– As you mention, lack of modularity; the DG-6 MOLLE straps aren’t much use for attaching anything practical, but that might just be my inexperience. The DG-3 seems better in that regard, but my sweaty back much prefers the DG-6 external frame.
    – As with any pack, the bottom is always in contact with the issue webbing & so you can’t really use the pack’s hip belt as intended & you end up with too much weight on the shoulders. Again, this might be my ignorance of proper set-up, so any advice would be very welcome.
    – The lid doesn’t seem to be detachable on my pack.

    What’s that you got tucked into the frame at the bottom of the pack?

    Keep up the good work. Cheers.

    • 22F says:

      Any hip-loading pack is going to have problems interfacing with issue belt webbing.
      What I used to do when serving, was jack up the belt a lot higher, turning it into a split front chest rig. It’s then still issue items only 😉

      Check the old AIF photo’s from New Guinea and the Pacific Campaigns for how high they boys would wear their ’37 Pattern Bren gun pouches.

      What’s stowed in my frame you ask? Why, one of these:

  • LJ says:

    What’s your opinion on the DG-6 over the Mystery Ranch Wolf Alpha with NICE frame. I’m going on a pretty physically intense 3 week course in WA later in the year and will be carry up to 50KG at times. I can still get a DG-6 even though their no longer made. The DG-6 has the hard frame which when carrying stores or other heavy objects on top of your pack, the frame bumps stop it sitting on the back of your neck, however the Wolf Alpha is incredibly comfortable with heavy weight in the pack. What are your thoughts and experiences? Cheers

    • 22F says:

      Both are capable packs, but after having worn both, I’m in favour of the Wolf Alpha mate.

      Whilst effective, the plastic MOLLE frame on the old DG-6 was a compromise solution.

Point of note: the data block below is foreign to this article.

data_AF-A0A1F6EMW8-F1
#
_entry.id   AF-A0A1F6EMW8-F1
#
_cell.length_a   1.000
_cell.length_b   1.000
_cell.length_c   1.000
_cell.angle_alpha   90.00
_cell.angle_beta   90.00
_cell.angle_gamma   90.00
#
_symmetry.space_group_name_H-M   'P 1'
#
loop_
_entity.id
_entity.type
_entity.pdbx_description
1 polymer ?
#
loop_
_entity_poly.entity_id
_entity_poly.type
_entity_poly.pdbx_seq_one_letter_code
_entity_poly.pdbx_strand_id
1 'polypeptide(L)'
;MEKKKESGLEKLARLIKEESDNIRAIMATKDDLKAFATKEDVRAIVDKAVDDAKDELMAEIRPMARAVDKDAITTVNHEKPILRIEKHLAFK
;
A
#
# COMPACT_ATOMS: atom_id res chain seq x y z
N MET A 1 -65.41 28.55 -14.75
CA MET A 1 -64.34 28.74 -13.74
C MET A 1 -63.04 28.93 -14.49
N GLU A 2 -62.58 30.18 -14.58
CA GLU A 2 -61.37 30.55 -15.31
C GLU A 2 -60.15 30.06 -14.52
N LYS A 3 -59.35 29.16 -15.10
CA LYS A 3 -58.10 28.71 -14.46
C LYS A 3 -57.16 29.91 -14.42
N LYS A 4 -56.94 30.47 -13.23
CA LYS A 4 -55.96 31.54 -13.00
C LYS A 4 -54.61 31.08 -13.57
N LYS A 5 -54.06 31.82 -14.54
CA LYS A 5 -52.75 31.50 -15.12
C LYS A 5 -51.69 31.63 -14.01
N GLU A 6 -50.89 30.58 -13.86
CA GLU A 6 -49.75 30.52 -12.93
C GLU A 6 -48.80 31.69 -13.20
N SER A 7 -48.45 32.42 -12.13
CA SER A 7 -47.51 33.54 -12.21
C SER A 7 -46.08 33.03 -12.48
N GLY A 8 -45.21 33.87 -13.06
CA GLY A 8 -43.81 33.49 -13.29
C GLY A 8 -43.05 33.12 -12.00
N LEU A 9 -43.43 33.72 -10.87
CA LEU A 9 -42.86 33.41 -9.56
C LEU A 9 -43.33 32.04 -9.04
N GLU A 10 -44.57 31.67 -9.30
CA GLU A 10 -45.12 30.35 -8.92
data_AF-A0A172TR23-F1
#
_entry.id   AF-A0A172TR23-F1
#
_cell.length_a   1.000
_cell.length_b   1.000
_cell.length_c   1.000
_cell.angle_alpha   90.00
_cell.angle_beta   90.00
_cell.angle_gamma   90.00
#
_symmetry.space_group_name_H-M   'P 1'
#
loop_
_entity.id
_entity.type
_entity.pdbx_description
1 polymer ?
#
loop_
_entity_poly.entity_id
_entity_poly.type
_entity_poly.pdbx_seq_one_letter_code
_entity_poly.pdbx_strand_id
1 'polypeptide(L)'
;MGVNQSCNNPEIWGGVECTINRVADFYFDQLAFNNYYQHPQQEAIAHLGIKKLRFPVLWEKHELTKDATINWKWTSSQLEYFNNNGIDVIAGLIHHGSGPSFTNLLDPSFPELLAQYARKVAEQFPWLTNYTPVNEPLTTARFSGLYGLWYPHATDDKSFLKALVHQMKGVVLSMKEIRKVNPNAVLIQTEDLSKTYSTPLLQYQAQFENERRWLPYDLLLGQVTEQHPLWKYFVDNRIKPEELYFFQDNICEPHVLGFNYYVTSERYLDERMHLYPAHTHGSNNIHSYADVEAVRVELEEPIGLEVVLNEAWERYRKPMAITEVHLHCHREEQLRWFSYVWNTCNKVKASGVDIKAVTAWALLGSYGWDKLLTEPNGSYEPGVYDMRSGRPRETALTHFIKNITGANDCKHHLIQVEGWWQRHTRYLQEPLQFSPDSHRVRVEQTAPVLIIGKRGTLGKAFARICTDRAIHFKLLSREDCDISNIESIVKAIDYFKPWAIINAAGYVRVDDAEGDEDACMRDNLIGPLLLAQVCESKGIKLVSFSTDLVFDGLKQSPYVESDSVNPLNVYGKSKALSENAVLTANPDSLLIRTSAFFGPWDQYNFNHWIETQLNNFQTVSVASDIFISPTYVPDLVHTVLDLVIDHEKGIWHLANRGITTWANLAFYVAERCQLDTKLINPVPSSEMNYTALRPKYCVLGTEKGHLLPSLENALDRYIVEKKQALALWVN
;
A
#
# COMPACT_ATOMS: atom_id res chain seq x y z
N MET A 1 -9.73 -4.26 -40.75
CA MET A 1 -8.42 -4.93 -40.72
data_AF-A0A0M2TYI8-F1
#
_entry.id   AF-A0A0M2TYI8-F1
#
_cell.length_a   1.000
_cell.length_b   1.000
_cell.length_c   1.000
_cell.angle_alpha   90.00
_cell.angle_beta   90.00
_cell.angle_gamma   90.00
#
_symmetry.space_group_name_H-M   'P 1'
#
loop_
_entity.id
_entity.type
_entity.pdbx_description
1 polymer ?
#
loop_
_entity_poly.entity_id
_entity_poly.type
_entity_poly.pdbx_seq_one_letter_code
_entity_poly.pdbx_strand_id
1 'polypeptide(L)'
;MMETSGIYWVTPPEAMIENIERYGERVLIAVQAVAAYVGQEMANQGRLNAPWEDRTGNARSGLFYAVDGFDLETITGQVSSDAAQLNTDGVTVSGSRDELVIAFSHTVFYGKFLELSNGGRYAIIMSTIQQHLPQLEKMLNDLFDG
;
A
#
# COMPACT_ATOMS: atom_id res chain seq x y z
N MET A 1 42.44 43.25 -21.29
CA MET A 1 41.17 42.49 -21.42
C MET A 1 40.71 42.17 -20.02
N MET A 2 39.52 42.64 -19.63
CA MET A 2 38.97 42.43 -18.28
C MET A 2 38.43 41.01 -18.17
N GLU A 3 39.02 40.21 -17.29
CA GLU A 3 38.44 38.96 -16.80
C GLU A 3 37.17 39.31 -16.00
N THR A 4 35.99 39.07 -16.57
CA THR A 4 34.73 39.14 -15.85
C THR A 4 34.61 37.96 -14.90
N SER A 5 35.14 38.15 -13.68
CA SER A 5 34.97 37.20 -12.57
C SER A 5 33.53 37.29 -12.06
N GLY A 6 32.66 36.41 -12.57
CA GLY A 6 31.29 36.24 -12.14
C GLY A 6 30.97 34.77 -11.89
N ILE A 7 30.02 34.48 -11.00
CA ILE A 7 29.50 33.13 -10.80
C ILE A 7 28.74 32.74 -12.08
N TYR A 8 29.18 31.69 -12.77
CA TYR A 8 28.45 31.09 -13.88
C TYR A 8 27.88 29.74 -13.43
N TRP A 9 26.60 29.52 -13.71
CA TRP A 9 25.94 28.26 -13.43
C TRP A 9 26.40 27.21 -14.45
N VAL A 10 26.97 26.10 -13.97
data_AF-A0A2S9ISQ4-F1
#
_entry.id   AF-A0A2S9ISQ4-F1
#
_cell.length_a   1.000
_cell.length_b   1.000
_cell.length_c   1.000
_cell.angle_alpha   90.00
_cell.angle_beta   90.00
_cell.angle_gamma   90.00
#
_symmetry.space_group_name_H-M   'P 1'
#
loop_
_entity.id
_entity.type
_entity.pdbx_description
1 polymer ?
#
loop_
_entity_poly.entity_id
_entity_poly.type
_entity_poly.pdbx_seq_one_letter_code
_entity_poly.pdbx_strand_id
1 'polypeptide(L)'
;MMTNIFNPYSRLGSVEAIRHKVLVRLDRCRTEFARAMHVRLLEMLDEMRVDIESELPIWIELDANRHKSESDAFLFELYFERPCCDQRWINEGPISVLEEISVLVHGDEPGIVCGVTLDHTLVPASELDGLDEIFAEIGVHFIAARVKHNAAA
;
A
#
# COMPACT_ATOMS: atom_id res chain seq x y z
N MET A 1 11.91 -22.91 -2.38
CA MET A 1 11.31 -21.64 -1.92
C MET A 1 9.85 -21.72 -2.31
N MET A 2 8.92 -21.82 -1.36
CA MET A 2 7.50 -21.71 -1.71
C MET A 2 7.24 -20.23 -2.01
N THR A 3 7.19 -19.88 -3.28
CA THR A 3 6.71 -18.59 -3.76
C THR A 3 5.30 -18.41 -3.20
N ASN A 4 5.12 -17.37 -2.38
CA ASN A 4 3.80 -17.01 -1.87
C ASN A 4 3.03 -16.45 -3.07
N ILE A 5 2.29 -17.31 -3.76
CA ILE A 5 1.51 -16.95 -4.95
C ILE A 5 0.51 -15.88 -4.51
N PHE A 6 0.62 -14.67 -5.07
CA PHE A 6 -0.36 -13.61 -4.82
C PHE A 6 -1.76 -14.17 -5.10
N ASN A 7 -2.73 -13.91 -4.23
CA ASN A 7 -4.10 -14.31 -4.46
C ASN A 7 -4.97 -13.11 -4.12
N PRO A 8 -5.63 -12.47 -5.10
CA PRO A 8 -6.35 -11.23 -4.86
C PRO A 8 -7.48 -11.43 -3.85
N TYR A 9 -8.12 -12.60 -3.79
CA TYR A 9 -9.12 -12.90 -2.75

The NICE frame in my opinion is a better option for load transferrance and comfort. If you ever have to wear armour, then the NICE with removable BVS pads is the way to go.

      If you’re restricted to belt webbing, then the shorter MOLLE frame might be a better option.

      I also find the detachable day-pack lid much more user friendly on the Wolf Alpha than the DG-6. Although this is fixed on the newer model DG-6 which I have a prototype to play with. I’m still trying to find out if I’m allowed to post pics of this prototype to impress the masses.

      Hope this helps mate.

      • DJ says:

        Very similar plans as LJ above. Was wondering on how those photos are coming along of the new prototype or any chance you can privately email them?
        Have you tried the Wolf Alpha with the Nice Wolf Pup attachment over belt webbing by any chance? I know the Wolf Alpha would work well with the correct set up of your webbing but again looking for that extra bit of room.

        • 22F says:

          I’ll have to check with Crossfire about releasing photo’s of the prototype DG-6 I have in my possession mate.

          Haven’t checked the Wolf Pup combo with belt webbing myself. I would imagine that using the ‘normal’ NICE frame with belt webbing would be do-able, but could be problematic.

          The new AUSNICE frame, with it’s stowable hip belt is now license made by Crossfire. It solves a lot of the interface problems with belt webbing and hip belts.

          • DJ says:

            Hey Bud,
            Any update on the proto type DG-6 yet? Think im pretty much locking in a Wolf Alpha. Looking forward to mystery ranch dominating the market!

  • 22F says:

    At this point in time, I can’t release any pictures of the DG-6.
    Due to the desire to submit for the ADF SCE tender, it’s currently under a Commercial-in-confidence rating.

    I can discuss it in general terms, but can’t release any pics.
    Sorry ’bout that.

    I can tell you though, it will be one of the most advanced general purpose combat packs ever offered to the ADF.

  • Jacko says:

    I actually found on of these frames at a disposal store in auscam and after a bit of haggling bought it and a dirty great alice pack the commercial auscam variety with six external pockets and side zipping pouches in order to give me more load carrying space than my WE SAS MK6 which is getting a little long in the tooth. The result was a disaster! I took it for one stomp over the hill behind Gallipoli barracks and I was bent double at the waist because the load was unbalanced due to the thoughtless design of the pack and the clash of two vastly different technologies. Such large packs would be better suited to a sord frame if you could modify it with a hip belt and a better harness. I also found the frame very bulky on my skinny frame. So in my limited foray into these frames it was decidedly uncomfortable to the point where I sold the whole lot the very next day and went back to my MK6.
    I’m using a us army issue cfp90 with some modifications these days and find it infinitely better with better technology though I’d have preferred an X frame rather than the two aluminum staves that run down either side.